Sometimes you find yourself stuck in places that feel as if they are apart of a slot machine. Time in and time out. Penny in and penny out. Brewster was a slot and now Wellfleet has extended further into a larger portion of time and distance.
We drove ourselves into a land within the National Seashore of Cape Cod’s reassurance and hid out in a cabin like place, brightly lit, and slept and moved around like people who have done this before and will do it again. There was an unexpected quiet that settled on each person. Either through kayaking on one of three connection ponds, chess, physics, words, sandy beaches. There was something changing in the silence all the same.
I felt disconnected with recent news looming above each and everyone of us who all knew and who were all attached to become detached. I came up with an idea that I’d like to pursue in the near future. And I was troubled by things from double beeps on a vulnerable screen that one carries around in pockets and hands all day these days. I had anger and laughter and I tried to boil them together and I ended up with a lopsided piece of afterthought that did not taste good in the slightest. I’ve been asked similar questions, all worded the same, that made me wonder and others I brushed off hoping that the answer would not come to me in quite sometime.
At the sands, I watched seals go up and under, and listened to the ooos and the ahhs. What would a seal think of all these spectators, the ones in and out of the salt? I did join the seals, crashing underneath waves that towered above my head and pulled me under in attempt to keep me down so I can feel the strength I do not possess myself. And I would rise above and watch stumbling people and I’d laughed at the lighthearted distress they put off.
Once in a while, or more often than not, I would type sorry I have no service and it felt good to do so, because sometimes I feel like typed words can curse things that should not be cursed. And it makes things feel unreal when I really would like them to be. And I was at a beach last night with a girl I’ve known for a very long time, and other boys and girls I have not, and she said imagine life without internet, although she was struggling to find the right words here and there, and I said life would have an authentic touch that our parents and our parent’s parents all had, and sadly this generation does not. And we sat on the beach looking at dim stars and listening to crashing shores that reminded me of my childhood. Our fire was lit, and then blew out.
But the fourth of july came and people home ran around and drank sour liquids, while I sat waiting, when I, in fact, hate waiting for things I feel time does not allow extra points for. So many packed onto a beach my parents had met at, and they romanticized with America but mostly with themselves and I did not feel patriotic in that moment, but I dressed the part. And we ate in the bar and bought shirts and went home and wallowed in the expected firework show we did not see but heard from a distance far across the land of the trees.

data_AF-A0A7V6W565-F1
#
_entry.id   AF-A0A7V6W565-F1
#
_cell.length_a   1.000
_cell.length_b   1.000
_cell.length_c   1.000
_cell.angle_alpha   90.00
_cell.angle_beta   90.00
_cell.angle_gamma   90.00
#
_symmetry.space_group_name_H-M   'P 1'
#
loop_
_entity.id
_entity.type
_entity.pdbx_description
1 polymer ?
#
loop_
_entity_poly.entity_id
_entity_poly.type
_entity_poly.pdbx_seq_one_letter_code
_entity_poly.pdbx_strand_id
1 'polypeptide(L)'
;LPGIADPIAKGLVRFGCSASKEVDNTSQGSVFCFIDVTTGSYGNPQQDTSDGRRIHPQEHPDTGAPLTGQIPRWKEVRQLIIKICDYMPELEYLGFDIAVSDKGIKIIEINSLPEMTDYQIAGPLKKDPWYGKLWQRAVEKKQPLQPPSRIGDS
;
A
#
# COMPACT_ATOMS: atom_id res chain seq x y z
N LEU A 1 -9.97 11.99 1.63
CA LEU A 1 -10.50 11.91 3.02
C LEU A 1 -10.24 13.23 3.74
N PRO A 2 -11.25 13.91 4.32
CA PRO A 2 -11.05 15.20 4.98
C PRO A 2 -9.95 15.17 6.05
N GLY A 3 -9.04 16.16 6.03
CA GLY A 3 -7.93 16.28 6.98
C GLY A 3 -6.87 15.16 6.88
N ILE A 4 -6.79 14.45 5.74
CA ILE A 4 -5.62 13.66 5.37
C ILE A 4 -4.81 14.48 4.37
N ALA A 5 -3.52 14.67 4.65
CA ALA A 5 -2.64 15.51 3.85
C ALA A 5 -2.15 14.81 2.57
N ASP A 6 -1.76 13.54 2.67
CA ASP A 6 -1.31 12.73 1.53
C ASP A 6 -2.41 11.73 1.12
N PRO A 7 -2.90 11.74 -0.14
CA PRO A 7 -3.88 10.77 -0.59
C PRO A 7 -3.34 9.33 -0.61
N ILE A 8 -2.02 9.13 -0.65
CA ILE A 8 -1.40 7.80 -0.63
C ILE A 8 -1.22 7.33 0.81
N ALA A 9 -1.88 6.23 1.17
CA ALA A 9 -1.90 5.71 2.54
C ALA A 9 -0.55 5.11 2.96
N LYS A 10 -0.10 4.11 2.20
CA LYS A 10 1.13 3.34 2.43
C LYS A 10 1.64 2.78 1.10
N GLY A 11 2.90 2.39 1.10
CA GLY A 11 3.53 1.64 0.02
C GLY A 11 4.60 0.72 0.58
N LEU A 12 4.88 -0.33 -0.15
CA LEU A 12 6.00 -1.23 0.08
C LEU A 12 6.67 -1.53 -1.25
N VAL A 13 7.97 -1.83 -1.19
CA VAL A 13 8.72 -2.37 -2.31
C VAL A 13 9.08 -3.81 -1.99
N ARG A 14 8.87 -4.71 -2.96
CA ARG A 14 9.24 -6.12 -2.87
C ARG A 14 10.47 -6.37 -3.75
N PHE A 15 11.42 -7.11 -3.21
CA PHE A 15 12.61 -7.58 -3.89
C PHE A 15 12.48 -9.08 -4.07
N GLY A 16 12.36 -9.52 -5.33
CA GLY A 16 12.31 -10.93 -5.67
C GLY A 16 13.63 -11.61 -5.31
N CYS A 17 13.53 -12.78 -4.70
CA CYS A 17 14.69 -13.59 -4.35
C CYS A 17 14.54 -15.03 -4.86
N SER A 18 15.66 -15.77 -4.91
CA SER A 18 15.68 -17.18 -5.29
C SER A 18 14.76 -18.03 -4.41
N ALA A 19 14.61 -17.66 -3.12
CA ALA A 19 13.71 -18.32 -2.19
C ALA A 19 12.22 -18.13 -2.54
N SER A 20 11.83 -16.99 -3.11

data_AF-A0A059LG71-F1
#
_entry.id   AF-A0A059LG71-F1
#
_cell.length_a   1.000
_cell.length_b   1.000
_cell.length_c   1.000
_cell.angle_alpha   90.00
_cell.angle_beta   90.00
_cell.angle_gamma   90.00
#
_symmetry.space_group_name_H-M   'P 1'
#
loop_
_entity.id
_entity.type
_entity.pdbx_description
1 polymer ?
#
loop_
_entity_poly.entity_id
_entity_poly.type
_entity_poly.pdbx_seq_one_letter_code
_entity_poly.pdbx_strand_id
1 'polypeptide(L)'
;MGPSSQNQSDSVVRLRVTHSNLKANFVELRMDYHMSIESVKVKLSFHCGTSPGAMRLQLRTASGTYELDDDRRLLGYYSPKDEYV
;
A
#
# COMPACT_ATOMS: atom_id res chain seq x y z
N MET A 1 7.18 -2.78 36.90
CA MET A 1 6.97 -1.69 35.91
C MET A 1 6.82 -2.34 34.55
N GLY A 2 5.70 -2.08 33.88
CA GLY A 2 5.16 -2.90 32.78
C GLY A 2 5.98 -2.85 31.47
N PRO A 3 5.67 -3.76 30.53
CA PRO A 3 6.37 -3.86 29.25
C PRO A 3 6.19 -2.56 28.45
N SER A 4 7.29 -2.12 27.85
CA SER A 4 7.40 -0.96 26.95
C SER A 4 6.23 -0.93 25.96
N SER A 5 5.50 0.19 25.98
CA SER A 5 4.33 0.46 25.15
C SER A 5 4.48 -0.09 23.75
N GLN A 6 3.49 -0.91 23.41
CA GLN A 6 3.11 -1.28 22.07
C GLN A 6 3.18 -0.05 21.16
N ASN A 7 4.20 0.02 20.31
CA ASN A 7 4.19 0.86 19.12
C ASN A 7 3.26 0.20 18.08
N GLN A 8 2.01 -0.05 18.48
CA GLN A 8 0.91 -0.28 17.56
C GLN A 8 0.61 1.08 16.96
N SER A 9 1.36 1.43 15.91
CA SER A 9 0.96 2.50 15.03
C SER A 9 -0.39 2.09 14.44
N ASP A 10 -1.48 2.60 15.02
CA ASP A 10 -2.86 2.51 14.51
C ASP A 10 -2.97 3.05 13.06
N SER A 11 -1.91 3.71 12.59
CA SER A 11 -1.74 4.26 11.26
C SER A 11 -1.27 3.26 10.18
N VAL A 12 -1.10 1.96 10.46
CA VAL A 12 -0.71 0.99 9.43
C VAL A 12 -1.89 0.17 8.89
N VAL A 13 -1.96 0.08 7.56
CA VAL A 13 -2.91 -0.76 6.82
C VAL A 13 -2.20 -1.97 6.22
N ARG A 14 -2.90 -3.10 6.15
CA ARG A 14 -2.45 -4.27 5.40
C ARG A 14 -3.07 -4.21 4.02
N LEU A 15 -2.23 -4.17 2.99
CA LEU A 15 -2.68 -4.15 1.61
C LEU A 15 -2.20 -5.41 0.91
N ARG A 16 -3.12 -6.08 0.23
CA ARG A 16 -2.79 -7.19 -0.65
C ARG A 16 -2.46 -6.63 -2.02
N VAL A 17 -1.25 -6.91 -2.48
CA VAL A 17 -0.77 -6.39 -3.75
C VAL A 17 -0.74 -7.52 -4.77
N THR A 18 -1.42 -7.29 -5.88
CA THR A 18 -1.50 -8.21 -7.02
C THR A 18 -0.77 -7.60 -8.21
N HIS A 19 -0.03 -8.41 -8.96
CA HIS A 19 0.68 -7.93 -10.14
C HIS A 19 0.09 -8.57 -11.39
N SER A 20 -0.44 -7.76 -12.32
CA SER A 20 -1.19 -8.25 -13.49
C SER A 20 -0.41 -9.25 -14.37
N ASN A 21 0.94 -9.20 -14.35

And in boredom, and having had people already fall asleep before the hour became a double digit, I tried solving a one thousand piece puzzle with my dear friend, while texts of parties other friends were at came through and then stopped once they walked through the doors, so I tossed my phone on the couch to focus on something I did not want to focus on. I asked when was the last time we saw fireworks together on the fourth, for we spent every fourth of july together, and she did not know and I don’t think anyone would have either if I asked.
There were two parts of that trip I remember specifically. One being on our coffee trip on that red white and blue morning. We walked through an empty parade with hundreds of people lining the sidewalks, and it felt like I was the show, along with my mom and Joan. Then we saw a guard rail that I used to sit on over the water’s edge with five of my closest companions, and I was reminded by a comment how that could never be again, and so we continued on down the street for another mile leaving the parade behind us, and I had no urge to turn back even though the act of doing so was brought up multiple times.
And second was during a silly film watched within the car we did not drive. My brother had gone, for he is good at disappearing when he does not want to be found, and Kristen was too focused on the screen and we found out later that she had cried at the cartoons, which Paul and I thought it was the funniest thing we had ever heard. Leaving me in the back facing the cars behind us, however there was only one, for we were in the second to last row, and I was talking to someone and I laughed at the words I typed and nobody knew why I was laughing and there was that disconnect mentioned. So I put the phone down because I did not want to wait for a reply any longer. And, therefore, I just looked at the darkened car behind us and listened to words of people I could not see even if I had turned around to look at a moving picture.
It sounds all drained and washed out but I did have a dance party one night in my room, and even though it did not last long, it felt that it could and I was alright with that. And we laid down in the dark, the lamps above our heads had a sharp lighting once beneath, and we told stories of things that had made us laugh then and still does to this day.
It ended up all tying together in the end, and I even wore a dress to celebrate. I had bought books at my favorite bookstore and just from that, those typed words I had not even read yet, made life good and I felt happy and reassured once more.
It is a beautiful place. Although, setting suns and cloudy skies can really make anything beautiful.
✴ ✸ ✴